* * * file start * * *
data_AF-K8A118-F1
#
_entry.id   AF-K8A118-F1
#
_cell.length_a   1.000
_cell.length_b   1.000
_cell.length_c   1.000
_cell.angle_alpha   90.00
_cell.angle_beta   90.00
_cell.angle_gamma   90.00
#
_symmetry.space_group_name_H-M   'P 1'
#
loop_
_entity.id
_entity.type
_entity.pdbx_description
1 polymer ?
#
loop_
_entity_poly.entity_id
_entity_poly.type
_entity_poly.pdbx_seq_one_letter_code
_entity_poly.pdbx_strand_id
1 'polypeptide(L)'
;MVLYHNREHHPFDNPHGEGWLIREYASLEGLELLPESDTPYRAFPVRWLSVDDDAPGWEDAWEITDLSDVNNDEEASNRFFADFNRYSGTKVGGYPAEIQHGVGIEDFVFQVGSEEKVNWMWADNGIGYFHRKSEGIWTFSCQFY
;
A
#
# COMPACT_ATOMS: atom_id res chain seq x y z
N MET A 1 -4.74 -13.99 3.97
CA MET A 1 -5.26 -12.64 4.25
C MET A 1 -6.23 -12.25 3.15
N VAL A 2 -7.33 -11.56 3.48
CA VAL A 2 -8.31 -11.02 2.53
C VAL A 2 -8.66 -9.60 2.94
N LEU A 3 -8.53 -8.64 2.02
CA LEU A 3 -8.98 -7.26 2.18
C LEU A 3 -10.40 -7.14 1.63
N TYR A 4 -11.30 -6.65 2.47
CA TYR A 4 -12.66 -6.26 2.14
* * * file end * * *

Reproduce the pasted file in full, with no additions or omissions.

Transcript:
data_AF-K8A118-F1
#
_entry.id   AF-K8A118-F1
#
_cell.length_a   1.000
_cell.length_b   1.000
_cell.length_c   1.000
_cell.angle_alpha   90.00
_cell.angle_beta   90.00
_cell.angle_gamma   90.00
#
_symmetry.space_group_name_H-M   'P 1'
#
loop_
_entity.id
_entity.type
_entity.pdbx_description
1 polymer ?
#
loop_
_entity_poly.entity_id
_entity_poly.type
_entity_poly.pdbx_seq_one_letter_code
_entity_poly.pdbx_strand_id
1 'polypeptide(L)'
;MVLYHNREHHPFDNPHGEGWLIREYASLEGLELLPESDTPYRAFPVRWLSVDDDAPGWEDAWEITDLSDVNNDEEASNRFFADFNRYSGTKVGGYPAEIQHGVGIEDFVFQVGSEEKVNWMWADNGIGYFHRKSEGIWTFSCQFY
;
A
#
# COMPACT_ATOMS: atom_id res chain seq x y z
N MET A 1 -4.74 -13.99 3.97
CA MET A 1 -5.26 -12.64 4.25
C MET A 1 -6.23 -12.25 3.15
N VAL A 2 -7.33 -11.56 3.48
CA VAL A 2 -8.31 -11.02 2.53
C VAL A 2 -8.66 -9.60 2.94
N LEU A 3 -8.53 -8.64 2.02
CA LEU A 3 -8.98 -7.26 2.18
C LEU A 3 -10.40 -7.14 1.63
N TYR A 4 -11.30 -6.65 2.47
CA TYR A 4 -12.66 -6.26 2.14